Recent Uptick in Flu Illness Observed

Harvard University Health Services is suggesting that the Harvard community forgo “the traditional handshakes and embraces that accompany graduation ceremonies” in light of a recent uptick in the number of students presenting flu symptoms.

Donna Campbell, a UHS nurse practitioner and infection control surveillance officer, said that while there have been no recently-confirmed H1N1—“swine flu”—cases at Harvard, “you make a presumptive diagnosis based on symptoms.”

She said she could not give a precise number for the increase in sickness this past week, noting that diagnoses for illnesses can change. But she also said that UHS is not testing patients for the H1N1 strain of the flu unless they present with complications or are considered at high-risk, in accordance with recommendations from the Mass. Public Health Commission.

A May 22 update on H1N1 testing guidelines issued by the Mass. Department of Public Health suggested that “individuals with mild illness should be advised to stay at home.”

The University’s announcement comes weeks after several now-confirmed cases of H1N1 occurred at Harvard School of Dental Medicine, which prompted University and Boston health authorities to temporarily suspend classes at Harvard’s Longwood medical campus and close the dental school’s treatment clinic. High absenteeism and a rash of cases around Boston in recent weeks has also forced the closing of several public and private schools.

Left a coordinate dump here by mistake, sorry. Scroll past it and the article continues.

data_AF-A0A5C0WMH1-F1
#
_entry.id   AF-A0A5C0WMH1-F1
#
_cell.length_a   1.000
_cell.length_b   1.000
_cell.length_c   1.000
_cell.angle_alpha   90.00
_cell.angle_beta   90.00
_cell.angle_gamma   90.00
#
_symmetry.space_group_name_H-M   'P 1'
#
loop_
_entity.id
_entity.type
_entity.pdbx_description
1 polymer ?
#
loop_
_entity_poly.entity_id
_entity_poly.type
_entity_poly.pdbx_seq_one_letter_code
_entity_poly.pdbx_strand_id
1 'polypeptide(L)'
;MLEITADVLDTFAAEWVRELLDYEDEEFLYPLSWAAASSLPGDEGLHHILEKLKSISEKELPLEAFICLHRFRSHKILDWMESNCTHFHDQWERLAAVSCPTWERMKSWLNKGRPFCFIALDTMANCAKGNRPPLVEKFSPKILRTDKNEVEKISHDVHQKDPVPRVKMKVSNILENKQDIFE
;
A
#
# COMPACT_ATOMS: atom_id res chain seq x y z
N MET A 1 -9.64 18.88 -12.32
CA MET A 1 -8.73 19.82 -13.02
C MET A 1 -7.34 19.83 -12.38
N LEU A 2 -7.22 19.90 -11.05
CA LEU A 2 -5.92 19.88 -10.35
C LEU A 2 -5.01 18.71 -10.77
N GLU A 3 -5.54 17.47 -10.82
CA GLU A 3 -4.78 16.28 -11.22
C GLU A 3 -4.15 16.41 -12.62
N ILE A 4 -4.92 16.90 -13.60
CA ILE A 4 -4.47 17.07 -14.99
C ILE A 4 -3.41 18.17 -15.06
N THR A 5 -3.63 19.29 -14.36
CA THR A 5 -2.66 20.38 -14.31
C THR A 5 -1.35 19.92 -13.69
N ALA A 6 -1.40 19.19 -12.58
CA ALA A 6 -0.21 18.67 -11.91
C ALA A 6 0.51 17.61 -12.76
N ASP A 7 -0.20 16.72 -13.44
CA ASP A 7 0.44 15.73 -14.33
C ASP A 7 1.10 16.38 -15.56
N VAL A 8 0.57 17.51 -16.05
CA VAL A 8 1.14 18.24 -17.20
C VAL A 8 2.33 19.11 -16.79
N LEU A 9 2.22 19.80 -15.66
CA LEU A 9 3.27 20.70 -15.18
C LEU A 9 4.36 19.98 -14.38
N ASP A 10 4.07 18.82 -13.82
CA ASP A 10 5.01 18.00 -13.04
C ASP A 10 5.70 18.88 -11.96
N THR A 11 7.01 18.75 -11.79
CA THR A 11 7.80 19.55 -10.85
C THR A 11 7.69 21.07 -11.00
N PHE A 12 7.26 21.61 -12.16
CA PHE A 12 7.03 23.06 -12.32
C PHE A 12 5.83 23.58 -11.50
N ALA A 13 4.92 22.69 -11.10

“Traditionally we don’t see this much influenza-like illness this late in the year,” Campbell said, noting that the traditional flu season runs from roughly October through April.

H1N1 presents symptoms similar to any other influenza virus, including sore throat, fever, cough, and stuffy nose and is usually tempered by rest and fluids. But because the strain is new, people will likely not have immunity, making symptoms more severe. Campbell said that the illness is not “particularly serious” for the young and healthy, and according to the UHS Web site, those at higher risk include young children, the elderly, pregnant women, and adults and children with immunosuppression or certain chronic disorders.

She said that the recent rash of illness was likely caused by increased person-to-person contact during the graduation period and noted that the patients presenting themselves for treatment have mostly been students and not alumni or other visitors.

“Anytime you have any activity going on where people are close, you increase the risk of illness,” Campbell said. “All the seniors are on top of each other with everybody saying goodbye, and there are oodles of social events where people are in close proximity.”

—Staff writer Peter F. Zhu can be reached at pzhu@fas.harvard.edu.